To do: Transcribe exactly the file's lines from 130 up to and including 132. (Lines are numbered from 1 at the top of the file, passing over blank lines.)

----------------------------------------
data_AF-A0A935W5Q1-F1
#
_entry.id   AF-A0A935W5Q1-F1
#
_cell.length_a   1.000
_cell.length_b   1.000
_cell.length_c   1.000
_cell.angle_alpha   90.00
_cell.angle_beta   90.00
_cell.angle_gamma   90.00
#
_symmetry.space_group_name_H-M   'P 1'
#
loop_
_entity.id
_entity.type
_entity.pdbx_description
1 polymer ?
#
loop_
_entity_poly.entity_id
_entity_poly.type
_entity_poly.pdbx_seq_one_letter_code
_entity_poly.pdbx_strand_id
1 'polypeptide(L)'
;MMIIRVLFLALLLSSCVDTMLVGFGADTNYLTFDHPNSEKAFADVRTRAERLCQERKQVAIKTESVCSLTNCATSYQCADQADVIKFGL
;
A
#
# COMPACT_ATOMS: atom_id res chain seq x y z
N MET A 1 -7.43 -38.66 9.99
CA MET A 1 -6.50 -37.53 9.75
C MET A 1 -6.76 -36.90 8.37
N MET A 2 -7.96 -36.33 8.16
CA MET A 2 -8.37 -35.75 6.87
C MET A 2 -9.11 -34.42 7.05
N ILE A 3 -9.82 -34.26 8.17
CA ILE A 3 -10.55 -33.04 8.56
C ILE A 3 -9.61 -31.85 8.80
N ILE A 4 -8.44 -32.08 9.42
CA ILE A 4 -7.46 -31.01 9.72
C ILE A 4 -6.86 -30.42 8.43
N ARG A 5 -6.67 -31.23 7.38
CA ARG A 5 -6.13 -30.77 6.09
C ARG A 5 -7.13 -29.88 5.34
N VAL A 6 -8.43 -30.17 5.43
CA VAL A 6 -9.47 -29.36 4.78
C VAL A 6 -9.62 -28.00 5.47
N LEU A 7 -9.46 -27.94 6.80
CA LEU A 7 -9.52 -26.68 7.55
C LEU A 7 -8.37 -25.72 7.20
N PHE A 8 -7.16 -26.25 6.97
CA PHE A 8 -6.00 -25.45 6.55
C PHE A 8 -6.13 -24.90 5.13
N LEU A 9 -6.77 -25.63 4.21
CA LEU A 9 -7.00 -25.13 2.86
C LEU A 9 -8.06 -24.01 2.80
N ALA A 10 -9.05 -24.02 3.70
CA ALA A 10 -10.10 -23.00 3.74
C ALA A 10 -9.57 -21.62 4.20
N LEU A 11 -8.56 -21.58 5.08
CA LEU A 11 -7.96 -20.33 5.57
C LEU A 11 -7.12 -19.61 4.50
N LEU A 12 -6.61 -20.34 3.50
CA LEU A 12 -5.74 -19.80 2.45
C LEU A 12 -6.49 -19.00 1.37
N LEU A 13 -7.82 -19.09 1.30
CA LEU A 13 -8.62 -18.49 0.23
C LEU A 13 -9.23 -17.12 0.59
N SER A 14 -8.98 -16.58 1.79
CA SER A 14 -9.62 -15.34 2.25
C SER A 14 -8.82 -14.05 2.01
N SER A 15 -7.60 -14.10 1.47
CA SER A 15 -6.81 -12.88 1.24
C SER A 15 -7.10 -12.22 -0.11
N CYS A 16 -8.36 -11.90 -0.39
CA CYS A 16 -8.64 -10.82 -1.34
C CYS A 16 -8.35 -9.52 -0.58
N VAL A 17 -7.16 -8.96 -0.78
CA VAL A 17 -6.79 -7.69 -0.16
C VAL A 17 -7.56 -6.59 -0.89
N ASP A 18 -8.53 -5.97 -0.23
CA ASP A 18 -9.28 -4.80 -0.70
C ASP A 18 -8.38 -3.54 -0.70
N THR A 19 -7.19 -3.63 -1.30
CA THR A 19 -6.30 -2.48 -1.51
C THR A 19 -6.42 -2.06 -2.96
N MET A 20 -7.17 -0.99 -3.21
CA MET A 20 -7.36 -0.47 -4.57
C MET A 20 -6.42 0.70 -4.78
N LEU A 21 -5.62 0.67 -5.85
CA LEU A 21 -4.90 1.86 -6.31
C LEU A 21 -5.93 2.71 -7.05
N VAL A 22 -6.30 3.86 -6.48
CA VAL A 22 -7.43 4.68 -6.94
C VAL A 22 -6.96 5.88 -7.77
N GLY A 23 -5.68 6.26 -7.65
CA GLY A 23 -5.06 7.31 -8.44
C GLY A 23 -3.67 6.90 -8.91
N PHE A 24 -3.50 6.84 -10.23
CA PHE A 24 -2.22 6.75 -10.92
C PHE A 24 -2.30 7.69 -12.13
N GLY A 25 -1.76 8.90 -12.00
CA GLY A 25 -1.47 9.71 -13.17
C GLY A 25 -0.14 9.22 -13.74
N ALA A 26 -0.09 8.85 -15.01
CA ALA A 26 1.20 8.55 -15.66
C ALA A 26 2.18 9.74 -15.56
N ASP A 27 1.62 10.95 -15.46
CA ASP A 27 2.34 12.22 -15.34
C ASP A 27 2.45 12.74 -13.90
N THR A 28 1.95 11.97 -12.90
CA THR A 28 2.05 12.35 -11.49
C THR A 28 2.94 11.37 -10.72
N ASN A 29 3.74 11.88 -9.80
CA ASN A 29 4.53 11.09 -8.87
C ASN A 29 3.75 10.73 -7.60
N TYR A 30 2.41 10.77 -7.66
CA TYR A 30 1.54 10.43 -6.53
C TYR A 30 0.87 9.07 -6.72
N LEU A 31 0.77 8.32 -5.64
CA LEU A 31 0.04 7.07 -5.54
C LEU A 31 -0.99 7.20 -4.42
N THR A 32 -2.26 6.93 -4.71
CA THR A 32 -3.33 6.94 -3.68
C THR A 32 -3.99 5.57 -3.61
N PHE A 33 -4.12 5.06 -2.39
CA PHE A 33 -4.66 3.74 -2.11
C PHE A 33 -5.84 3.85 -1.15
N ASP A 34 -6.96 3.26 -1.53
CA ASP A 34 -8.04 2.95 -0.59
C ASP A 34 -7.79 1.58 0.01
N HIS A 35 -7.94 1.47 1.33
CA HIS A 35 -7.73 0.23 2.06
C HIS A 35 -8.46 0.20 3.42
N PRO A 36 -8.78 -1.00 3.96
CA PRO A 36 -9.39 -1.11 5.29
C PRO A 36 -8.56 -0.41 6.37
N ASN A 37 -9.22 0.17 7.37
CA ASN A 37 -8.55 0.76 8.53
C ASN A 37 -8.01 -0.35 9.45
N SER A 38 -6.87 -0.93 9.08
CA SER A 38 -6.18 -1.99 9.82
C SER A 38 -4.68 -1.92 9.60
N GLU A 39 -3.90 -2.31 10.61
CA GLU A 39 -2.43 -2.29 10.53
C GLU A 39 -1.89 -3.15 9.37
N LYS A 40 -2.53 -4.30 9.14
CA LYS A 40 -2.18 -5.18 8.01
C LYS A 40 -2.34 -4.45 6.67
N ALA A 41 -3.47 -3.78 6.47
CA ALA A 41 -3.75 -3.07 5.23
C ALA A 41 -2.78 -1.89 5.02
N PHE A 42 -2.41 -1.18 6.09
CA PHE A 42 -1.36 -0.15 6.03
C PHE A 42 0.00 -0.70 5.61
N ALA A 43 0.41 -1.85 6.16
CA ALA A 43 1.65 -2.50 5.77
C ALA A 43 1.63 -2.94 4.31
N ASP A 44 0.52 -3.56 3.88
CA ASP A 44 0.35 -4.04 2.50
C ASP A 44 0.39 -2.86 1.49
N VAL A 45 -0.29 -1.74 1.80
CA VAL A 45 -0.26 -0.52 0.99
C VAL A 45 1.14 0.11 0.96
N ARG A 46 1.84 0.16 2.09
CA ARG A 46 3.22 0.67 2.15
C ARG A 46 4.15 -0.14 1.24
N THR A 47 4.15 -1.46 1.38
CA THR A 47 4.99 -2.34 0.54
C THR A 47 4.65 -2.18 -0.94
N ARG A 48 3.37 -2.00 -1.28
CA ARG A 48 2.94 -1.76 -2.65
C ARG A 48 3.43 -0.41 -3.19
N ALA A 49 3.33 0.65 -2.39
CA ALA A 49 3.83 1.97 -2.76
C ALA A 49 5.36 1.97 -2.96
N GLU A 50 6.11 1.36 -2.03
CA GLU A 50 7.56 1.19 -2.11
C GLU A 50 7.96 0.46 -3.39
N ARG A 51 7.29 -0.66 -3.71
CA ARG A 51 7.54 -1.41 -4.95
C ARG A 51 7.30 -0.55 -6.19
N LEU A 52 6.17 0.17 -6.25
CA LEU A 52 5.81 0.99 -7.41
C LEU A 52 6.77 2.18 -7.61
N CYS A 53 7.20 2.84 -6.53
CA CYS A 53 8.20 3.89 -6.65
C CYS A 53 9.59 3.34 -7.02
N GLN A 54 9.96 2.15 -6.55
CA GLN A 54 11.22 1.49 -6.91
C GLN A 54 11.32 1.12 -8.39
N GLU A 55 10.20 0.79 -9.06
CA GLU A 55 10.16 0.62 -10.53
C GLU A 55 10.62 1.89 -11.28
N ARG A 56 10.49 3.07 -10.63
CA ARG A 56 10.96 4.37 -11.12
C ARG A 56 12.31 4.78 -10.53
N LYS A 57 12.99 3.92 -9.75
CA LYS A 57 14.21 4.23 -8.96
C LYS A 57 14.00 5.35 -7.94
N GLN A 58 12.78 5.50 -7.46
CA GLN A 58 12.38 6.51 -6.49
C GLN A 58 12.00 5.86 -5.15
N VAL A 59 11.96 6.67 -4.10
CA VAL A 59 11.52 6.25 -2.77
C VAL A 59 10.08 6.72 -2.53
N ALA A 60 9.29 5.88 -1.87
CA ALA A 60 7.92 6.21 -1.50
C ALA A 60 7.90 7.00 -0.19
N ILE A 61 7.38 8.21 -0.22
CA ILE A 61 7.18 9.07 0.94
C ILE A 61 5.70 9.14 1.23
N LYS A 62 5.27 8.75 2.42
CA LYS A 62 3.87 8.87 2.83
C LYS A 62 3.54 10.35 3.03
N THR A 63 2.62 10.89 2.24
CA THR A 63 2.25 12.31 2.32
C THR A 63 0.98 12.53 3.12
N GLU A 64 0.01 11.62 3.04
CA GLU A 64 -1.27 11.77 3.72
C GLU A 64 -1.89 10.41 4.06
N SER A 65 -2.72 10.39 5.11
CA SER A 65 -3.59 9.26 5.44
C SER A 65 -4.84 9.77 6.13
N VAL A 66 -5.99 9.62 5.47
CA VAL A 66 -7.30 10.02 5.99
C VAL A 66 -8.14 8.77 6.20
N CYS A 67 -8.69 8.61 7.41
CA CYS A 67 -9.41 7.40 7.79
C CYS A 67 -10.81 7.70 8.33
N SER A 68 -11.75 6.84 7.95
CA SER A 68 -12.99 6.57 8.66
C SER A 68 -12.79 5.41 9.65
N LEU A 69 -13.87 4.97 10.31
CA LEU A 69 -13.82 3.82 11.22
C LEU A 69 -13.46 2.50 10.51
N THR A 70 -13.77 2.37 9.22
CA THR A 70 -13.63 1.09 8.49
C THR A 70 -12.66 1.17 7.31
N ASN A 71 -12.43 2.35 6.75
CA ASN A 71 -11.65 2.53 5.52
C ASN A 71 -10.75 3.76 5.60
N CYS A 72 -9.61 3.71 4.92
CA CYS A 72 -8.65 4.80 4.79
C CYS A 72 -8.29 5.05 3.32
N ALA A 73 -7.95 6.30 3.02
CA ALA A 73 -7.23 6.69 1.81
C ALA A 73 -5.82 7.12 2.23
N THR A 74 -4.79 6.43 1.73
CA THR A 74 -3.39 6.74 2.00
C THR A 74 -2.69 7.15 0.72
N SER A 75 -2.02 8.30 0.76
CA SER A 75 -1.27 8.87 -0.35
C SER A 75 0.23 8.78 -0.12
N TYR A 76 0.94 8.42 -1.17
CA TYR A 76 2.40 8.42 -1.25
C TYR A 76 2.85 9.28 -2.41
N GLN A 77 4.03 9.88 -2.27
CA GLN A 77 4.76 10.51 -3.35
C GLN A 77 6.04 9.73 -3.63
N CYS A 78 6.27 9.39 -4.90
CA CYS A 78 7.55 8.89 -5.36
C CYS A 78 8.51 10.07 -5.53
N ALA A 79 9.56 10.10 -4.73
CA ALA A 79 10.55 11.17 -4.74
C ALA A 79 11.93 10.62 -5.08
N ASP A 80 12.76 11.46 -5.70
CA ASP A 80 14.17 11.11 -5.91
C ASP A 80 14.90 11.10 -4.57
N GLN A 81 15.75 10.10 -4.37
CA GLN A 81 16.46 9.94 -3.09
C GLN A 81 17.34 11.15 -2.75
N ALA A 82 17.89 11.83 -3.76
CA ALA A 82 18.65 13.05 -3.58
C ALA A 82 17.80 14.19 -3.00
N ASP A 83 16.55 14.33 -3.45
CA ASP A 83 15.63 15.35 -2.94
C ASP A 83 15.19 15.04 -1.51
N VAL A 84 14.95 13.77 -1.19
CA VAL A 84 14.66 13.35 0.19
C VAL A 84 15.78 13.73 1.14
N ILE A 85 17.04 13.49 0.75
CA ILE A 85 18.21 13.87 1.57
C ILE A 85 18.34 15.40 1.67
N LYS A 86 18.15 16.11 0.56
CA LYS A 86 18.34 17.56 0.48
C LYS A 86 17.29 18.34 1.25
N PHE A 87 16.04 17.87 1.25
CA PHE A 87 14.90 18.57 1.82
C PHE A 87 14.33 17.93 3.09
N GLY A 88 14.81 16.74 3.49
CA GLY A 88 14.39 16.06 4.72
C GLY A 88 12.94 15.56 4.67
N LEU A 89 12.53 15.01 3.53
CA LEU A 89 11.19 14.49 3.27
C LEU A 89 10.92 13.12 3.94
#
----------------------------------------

N ASP A 34 -6.96 3.26 -1.53
CA ASP A 34 -8.04 2.95 -0.59
C ASP A 34 -7.79 1.58 0.01